The president & CEO of Canada’s largest generics player considers the current market dynamics for generic products, including IP regulation, generic penetration, and the advantages of balancing branded and non-branded products.
What was the strategy behind the integration of Novopharm into Teva?
Novopharm is one of the pioneers in the Canadian generic pharmaceutical industry, founded in 1965 by Leslie Dan, who developed Novopharm into an international company. In 2000, Teva purchased Novopharm, as Teva did not have any Canadian operations; thus, Novopharm became Teva’s Canadian presence. Teva added the global edge and utilization of resources outside of Canada to leverage new product launches and other strengths of Teva to benefit the Canadian market. Ten years later, Teva globally acquired Ratiopharm, who had a major presence in Canada. After this merger, Teva became a contender for the largest generic pharmaceutical company in Canada, and over a period of time gained that number one position. The company has changed a lot in the last ten years, and has seen tremendous growth in both generic and branded businesses in Canada.
Could you highlight a couple of milestone achievements in the last ten years?
During the last ten years, we have led the way with the introduction of many significant generic products to the Canadian market. Those that we introduced saved the Canadian healthcare system billions of dollars. We have become more aggressive with litigation and have increased the number of submissions.
Every local generics player in Canada has been bought out by a larger player, with the exception of Pharmascience and Apotex. Why does this trend of local generic companies being bought out exist, given the country’s high manufacturing capacity?
Apotex and Pharmascience are the only significant players that remain independent, locally-owned Canadian companies. The manufacturing capacity of the country is not what it used to be ten years ago. Teva is one of Canada’s largest manufacturers of pharmaceuticals. There was a point in time when generics were predominantly a local business, country by country. It is only in the last ten to 15 years that the generic business has become much more globalized.
The price of generics has decreased significantly to 18-25 percent of brand price through changes in legislation. Does this price ceiling hinder generics from competing freely in the market?
The reduction in prices over the last five years has resulted in a couple of changes to the way Teva conducts business. We need to look at every part of our operations for opportunities to streamline, eliminate waste and improve efficiencies. Price is a key factor that we look at before investing in new product development or patent litigation for the Canadian market. Also, most of our Canadian products are unique formulations, since the trade dress of generics in Canada generally are similar to the branded reference product.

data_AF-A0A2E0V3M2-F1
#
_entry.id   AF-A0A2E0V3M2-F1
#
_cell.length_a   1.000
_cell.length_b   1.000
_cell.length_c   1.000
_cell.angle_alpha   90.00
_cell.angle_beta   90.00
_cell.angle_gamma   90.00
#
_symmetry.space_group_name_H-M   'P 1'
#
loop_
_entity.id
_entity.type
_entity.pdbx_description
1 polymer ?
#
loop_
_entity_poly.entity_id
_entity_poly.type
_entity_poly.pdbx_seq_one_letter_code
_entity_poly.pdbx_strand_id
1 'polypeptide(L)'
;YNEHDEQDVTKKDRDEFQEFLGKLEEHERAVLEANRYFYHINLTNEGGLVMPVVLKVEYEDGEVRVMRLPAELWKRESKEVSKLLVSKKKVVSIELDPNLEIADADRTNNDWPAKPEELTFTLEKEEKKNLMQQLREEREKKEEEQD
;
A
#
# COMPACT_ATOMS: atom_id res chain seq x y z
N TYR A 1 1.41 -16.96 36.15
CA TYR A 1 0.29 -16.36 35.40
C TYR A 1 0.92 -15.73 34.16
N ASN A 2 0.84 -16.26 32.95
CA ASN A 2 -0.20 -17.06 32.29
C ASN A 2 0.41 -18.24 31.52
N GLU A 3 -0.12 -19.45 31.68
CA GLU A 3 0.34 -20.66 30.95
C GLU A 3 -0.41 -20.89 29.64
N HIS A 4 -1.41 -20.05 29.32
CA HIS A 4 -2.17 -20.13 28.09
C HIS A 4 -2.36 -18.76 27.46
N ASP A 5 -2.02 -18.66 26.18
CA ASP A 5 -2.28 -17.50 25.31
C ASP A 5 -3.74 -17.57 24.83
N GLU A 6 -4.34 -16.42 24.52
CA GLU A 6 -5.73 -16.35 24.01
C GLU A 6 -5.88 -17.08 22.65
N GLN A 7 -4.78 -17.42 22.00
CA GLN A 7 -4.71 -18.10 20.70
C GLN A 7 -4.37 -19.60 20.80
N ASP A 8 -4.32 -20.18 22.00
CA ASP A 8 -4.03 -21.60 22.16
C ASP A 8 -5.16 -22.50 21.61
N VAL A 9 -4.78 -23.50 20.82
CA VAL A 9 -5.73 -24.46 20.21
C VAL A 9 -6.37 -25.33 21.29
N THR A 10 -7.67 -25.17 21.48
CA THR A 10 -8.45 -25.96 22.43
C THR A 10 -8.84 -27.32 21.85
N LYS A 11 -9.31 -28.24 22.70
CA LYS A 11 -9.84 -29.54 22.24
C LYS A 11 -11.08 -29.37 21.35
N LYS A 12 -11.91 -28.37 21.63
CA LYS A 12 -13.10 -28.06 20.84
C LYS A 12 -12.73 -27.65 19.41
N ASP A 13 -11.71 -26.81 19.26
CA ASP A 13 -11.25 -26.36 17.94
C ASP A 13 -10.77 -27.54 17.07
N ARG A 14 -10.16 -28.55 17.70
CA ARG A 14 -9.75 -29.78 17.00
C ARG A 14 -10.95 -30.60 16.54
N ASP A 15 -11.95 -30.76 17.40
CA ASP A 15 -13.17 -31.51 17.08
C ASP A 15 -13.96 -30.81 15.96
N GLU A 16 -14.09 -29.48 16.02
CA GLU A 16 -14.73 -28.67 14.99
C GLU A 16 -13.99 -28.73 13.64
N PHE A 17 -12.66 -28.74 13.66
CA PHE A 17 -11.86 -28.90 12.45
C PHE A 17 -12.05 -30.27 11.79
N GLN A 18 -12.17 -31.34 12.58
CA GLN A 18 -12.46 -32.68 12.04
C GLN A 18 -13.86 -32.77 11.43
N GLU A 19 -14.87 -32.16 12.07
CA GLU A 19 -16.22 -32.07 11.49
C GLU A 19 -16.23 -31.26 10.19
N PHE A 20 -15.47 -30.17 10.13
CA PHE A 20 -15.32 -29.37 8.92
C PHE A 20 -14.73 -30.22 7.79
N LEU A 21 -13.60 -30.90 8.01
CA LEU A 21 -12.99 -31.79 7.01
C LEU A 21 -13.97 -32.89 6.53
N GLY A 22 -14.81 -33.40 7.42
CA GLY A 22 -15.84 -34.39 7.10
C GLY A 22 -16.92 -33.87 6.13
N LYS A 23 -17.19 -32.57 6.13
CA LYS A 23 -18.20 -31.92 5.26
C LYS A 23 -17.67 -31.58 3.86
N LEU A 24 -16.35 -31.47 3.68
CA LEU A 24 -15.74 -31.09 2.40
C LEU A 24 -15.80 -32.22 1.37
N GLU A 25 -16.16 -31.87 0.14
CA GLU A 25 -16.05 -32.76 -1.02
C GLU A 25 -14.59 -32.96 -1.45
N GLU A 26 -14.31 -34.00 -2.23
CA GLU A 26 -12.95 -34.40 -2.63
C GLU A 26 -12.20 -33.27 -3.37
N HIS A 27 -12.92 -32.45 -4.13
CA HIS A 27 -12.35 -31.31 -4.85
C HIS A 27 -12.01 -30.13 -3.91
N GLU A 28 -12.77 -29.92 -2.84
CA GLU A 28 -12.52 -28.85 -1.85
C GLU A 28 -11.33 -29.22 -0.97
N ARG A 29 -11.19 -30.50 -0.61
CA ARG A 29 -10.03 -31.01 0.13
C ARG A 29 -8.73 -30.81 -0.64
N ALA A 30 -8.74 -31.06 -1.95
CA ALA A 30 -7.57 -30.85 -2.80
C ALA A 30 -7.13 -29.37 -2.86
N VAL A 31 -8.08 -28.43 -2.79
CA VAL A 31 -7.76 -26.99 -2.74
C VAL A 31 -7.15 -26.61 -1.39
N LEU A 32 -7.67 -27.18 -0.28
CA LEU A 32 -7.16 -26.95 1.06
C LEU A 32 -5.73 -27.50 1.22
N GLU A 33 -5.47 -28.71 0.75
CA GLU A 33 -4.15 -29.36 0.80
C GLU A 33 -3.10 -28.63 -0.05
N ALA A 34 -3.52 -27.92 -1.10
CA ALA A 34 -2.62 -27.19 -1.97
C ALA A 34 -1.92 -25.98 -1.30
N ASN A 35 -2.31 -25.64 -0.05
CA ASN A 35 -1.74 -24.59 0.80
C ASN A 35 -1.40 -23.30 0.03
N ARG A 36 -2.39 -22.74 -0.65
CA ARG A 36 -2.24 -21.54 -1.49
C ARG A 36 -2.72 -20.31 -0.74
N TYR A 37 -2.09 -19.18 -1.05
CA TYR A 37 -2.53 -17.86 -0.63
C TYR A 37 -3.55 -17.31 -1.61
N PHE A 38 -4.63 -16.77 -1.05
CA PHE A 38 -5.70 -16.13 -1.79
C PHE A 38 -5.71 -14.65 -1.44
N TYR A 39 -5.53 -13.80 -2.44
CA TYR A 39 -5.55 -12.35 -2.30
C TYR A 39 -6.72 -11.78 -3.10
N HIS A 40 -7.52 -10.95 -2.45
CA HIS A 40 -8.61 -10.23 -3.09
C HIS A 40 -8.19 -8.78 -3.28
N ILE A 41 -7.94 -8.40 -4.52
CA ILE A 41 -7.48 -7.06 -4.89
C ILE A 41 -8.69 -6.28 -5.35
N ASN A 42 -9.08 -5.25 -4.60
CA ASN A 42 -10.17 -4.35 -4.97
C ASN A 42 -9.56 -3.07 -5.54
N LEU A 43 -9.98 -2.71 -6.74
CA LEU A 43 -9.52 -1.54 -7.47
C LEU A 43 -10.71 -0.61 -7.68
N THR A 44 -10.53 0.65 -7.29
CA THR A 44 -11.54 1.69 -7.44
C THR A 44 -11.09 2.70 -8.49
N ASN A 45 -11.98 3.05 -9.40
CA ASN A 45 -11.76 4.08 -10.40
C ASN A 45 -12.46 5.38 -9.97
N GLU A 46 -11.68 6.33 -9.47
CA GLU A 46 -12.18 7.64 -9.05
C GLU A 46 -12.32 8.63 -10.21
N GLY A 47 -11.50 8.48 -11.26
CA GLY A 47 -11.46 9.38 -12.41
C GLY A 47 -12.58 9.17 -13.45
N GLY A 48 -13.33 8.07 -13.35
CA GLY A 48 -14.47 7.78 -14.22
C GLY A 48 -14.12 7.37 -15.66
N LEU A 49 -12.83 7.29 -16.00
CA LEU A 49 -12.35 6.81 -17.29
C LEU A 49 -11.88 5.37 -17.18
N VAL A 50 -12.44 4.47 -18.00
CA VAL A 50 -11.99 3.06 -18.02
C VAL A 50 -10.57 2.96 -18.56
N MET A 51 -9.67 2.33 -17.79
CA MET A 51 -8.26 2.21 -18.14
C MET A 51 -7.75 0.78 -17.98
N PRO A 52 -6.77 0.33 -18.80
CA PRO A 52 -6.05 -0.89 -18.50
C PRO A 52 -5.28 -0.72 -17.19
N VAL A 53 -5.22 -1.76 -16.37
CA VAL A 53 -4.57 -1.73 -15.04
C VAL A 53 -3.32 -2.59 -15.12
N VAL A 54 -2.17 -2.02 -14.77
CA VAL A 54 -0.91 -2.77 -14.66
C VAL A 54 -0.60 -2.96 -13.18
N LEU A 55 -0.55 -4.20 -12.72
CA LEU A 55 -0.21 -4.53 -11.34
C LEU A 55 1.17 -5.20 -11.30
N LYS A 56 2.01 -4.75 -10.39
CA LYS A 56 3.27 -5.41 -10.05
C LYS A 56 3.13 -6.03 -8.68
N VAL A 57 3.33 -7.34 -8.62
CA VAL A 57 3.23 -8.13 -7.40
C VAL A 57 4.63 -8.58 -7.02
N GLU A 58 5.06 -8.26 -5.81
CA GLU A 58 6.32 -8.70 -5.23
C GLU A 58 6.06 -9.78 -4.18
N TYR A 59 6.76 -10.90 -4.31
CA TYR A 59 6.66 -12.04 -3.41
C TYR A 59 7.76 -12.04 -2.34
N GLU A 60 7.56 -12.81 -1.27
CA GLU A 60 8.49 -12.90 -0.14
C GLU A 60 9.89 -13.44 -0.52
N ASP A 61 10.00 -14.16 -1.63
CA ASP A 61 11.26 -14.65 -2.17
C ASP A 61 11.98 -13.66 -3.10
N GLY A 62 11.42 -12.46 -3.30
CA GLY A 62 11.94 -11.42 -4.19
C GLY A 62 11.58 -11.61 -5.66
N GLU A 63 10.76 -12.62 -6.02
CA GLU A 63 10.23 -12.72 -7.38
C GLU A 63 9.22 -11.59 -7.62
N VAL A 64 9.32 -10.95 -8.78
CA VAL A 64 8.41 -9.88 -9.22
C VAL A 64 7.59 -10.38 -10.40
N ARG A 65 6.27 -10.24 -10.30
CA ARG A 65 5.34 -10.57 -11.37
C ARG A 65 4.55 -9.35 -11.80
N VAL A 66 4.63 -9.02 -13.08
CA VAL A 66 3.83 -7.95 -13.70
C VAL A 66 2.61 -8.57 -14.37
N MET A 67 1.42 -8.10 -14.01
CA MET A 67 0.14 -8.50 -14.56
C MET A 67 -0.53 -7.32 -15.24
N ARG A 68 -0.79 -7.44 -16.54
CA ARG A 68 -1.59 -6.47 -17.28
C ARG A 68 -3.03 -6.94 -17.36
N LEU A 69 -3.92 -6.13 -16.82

CETA has the potential to extend patent protection by three years for branded companies; that extra income would allow for greater re-investments in R&D. As head of a company that makes both branded and generic drugs, what is your perception of CETA? How does Teva adapt?
Because Teva participates in both branded and generics, we look at a balanced view of intellectual property in Canada. On one hand, I believe that Canadian IP regulations are on par with international standards and do not require major modification, with the exception of dual litigation and limitations on damages caused by wrongful delays.
Do you think more companies should follow suit and dabble in both branded and generics?
I think that Teva is a pioneer in integrating a brand business with a generic business. We believe that it provides Teva with a competitive advantage; it allows us to have a balanced view of many issues when talking to government and other payers within the healthcare system – and the patient is our top priority.
63.2 percent of total retail prescriptions were filled by generics, yet only comprise 20 percent of total expenditure on prescription sales. How can generics companies and specifically Teva promote the use of generics to save on costs?
We believe that there is an upside potential. That figure of 63 percent is too low and should become closer to the US level of approximately 80 percent. The Canadian generic industry, and other key stakeholders are working to ensure appropriate levels of generic utilization. Both public and private payers encourage the use of generics when they are available, to ensure that health care dollars are allocated effectively. We have to get our message of “same quality, better price” to encourage higher levels of generic usage in the Canadian health care system. Teva Canada does rigorous scientific testing before submitting products to Health Canada. Health Canada does a very disciplined and rigorous review of our file before they approve products for entry into the Canadian market. I believe that the public and the payers need to be very clear that bioequivalent generics offer the same therapeutic effect at a significantly lower price.